The International Space Station
Day 3 - December 2
Today, as both the International Space Station (ISS) and Space Shuttle fly over Russia, Endeavour will dock with the ISS. During docking, using a computer programmed laser pointer, Marc Garneau will determine the Shuttle's position in relation to the Station as well as find out at what rate the two are closing on one another. Once the Shuttle is docked, Marc will remove, using Canadarm, the structure to which the solar arrays were installed before the launch (the P6 truss). He will then move this structure, which measures 14 metres (m) long and weighs 16 000 kilograms (kg), to its permanent location a couple of centimetres (cm) from the Station. P6, which Marc just moved, connects to another section of the Station, called Z1. Ouch! It's like building a large cosmic puzzle!
Info! Did you know that the ISS is as big as a football field?
Questions / Answers
How much energy does the International Space Station (ISS) need to power all its systems?
Once completed, the International Space Station (ISS) will be equipped of four pairs of solar panels measuring 70 metres (m) by 10 metres (m) from tip to tip, which will extend beyond the Station's main body like the wings of a bird in flight. When the Station has been fully assembled, the total electric power system will generate 110 kilowatts (kW) in total—roughly equivalent to the amount of energy typically consumed by 55 houses.
How many sunrises will an astronaut see every 24 hours (hr) on board the Station?
Astronauts aboard the Station will be able to admire 16 sunrises and 16 sunsets every 90 minutes (m)!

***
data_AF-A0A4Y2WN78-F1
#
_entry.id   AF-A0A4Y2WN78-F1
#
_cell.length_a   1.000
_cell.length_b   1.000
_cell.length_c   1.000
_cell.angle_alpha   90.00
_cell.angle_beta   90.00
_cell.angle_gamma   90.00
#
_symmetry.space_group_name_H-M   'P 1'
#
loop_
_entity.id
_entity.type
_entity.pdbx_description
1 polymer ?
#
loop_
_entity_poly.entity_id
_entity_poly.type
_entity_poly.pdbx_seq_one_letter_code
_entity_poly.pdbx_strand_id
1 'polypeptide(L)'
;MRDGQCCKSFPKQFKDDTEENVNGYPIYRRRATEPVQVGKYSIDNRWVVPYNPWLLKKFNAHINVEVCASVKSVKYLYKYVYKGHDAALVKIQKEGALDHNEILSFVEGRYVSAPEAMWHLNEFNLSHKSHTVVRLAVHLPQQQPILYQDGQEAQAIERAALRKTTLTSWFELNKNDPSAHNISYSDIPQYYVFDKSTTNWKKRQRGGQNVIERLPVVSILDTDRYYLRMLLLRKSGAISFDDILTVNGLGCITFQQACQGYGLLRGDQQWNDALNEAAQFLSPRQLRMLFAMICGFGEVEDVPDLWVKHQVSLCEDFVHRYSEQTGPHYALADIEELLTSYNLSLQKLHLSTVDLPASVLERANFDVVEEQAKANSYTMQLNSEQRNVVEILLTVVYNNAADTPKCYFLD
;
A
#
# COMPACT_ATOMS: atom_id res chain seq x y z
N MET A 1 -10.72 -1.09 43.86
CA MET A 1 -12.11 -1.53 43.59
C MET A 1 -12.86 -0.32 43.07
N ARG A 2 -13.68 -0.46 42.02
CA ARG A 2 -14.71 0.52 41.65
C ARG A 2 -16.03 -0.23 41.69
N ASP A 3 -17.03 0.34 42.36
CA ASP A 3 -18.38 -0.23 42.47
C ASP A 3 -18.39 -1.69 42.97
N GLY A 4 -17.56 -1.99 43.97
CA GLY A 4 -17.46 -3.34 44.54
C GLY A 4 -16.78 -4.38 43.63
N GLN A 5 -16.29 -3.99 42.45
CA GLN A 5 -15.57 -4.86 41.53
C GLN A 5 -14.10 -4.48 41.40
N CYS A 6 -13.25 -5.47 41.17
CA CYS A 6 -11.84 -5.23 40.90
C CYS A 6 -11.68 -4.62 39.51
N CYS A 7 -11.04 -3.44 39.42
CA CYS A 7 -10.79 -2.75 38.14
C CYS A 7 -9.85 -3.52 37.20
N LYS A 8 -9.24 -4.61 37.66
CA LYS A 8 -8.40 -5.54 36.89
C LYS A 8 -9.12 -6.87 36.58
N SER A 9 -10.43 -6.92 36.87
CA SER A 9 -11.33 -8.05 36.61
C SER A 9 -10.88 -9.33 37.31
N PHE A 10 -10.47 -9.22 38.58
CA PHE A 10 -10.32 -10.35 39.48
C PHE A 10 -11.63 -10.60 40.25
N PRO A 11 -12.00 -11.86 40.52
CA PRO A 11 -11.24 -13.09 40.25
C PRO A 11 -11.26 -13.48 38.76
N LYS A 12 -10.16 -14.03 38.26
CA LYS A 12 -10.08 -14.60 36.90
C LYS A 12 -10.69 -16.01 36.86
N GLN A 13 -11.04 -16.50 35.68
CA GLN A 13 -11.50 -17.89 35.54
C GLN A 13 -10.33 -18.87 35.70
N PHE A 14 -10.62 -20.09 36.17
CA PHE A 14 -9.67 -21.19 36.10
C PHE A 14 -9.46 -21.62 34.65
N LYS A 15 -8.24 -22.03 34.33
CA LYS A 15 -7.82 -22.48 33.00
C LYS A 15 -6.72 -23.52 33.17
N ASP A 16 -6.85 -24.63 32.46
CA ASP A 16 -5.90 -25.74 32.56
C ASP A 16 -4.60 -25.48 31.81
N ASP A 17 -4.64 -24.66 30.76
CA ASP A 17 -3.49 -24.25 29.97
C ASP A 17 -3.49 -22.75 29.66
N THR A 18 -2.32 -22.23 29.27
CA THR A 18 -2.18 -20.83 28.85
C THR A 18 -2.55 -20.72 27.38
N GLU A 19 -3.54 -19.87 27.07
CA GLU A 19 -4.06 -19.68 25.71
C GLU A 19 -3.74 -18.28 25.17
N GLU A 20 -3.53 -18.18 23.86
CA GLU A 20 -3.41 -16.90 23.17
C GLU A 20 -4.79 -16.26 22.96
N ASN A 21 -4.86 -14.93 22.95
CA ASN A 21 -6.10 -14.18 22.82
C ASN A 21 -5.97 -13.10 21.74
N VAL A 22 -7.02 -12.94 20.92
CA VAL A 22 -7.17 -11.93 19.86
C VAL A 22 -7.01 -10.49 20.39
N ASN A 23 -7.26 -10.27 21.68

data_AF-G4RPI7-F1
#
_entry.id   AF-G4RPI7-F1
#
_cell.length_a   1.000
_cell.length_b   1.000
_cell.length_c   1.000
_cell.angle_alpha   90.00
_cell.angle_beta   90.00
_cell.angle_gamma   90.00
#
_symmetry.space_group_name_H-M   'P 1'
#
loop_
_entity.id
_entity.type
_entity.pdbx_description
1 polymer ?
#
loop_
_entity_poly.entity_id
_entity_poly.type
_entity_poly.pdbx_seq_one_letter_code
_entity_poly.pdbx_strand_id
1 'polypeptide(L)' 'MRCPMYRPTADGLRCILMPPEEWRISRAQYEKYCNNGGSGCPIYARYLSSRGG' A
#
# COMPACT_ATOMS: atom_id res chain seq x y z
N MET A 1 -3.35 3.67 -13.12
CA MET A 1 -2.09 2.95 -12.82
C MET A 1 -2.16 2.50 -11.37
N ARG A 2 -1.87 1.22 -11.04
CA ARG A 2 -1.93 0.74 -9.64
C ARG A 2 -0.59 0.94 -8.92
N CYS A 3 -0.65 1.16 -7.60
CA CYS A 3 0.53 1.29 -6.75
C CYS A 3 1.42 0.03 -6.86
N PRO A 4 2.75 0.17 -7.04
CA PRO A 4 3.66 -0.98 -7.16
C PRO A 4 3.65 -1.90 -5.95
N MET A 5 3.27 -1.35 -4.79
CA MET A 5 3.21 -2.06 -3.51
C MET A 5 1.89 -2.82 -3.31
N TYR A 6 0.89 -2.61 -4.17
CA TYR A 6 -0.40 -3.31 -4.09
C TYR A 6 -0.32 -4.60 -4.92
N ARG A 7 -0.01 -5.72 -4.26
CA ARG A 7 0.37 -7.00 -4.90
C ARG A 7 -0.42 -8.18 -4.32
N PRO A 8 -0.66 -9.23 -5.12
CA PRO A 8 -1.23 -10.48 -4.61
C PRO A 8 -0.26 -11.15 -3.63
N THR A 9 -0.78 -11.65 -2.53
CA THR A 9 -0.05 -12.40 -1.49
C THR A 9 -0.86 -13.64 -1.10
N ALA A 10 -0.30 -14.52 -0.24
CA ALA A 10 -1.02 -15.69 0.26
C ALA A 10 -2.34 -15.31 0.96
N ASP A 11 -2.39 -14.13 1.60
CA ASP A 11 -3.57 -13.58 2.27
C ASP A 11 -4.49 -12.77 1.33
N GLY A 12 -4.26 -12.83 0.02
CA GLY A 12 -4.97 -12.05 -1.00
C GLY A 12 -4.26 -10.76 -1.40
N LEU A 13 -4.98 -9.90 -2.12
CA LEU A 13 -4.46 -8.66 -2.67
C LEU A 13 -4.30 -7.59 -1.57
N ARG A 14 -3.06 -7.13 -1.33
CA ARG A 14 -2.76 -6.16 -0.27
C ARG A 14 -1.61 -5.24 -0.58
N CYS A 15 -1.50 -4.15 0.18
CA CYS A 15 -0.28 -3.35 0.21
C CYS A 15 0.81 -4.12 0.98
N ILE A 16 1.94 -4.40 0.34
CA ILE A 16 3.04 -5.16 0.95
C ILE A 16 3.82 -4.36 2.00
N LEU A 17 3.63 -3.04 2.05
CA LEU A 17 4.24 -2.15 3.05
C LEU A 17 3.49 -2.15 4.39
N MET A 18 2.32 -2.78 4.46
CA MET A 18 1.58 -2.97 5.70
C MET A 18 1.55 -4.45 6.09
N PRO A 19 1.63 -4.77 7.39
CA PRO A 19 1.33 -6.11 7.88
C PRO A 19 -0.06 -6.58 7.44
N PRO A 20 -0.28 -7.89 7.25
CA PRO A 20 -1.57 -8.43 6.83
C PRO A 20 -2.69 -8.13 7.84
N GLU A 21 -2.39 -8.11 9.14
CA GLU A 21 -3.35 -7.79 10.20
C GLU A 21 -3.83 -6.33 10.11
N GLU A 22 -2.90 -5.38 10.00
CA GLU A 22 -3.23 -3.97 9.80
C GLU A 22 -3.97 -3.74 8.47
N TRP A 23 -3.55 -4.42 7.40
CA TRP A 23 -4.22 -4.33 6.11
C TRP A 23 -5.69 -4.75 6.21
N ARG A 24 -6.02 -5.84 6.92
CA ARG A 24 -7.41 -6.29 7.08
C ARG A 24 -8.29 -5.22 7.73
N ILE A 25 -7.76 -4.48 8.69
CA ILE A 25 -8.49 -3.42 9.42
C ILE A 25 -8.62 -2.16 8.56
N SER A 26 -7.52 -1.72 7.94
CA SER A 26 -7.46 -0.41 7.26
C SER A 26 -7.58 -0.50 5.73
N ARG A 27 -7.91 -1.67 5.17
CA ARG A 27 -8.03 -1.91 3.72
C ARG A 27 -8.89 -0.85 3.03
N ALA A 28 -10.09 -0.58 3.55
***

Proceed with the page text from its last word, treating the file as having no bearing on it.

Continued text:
How many Canadian houses could the Station power if you know that a Canadian house uses 100 Amp of electricity and the Station will produces close to 110 kilowatts (kW) of electricity?
To transform amps in kilowatts (kW), you need to multiply them by 110 volts (v).
100 Amps (your house) x 110 volts (v) = 11 000 watts (W) (or 11 kilowatts (kW)) = 10 houses
Why is the Sun hot?
The Sun is hot because of its gigantic size (its diameter is 110 times as big as that of the Earth). This creates an enormous pressure in its mass and produces very high temperature: up to 15 million (M) degrees Celsius in its core and 5 700 at the surface. Ouch! That's hot! Compare this temperature to that of your oven.
What is the Canada's main contribution used for building and maintaining the International Space Station (ISS)?
Canada, known for its expertise in robotics, has developed a next generation robotic arm for the International Space Station (ISS). The Station Remote Manipulator System will be essential during the assembly operations for the Station as well as its daily maintenance.
Also available: The list of all questions of the Space 2000 Project
Mission: Sun Contest
Come back tomorrow to find out what is the answer to question 12!
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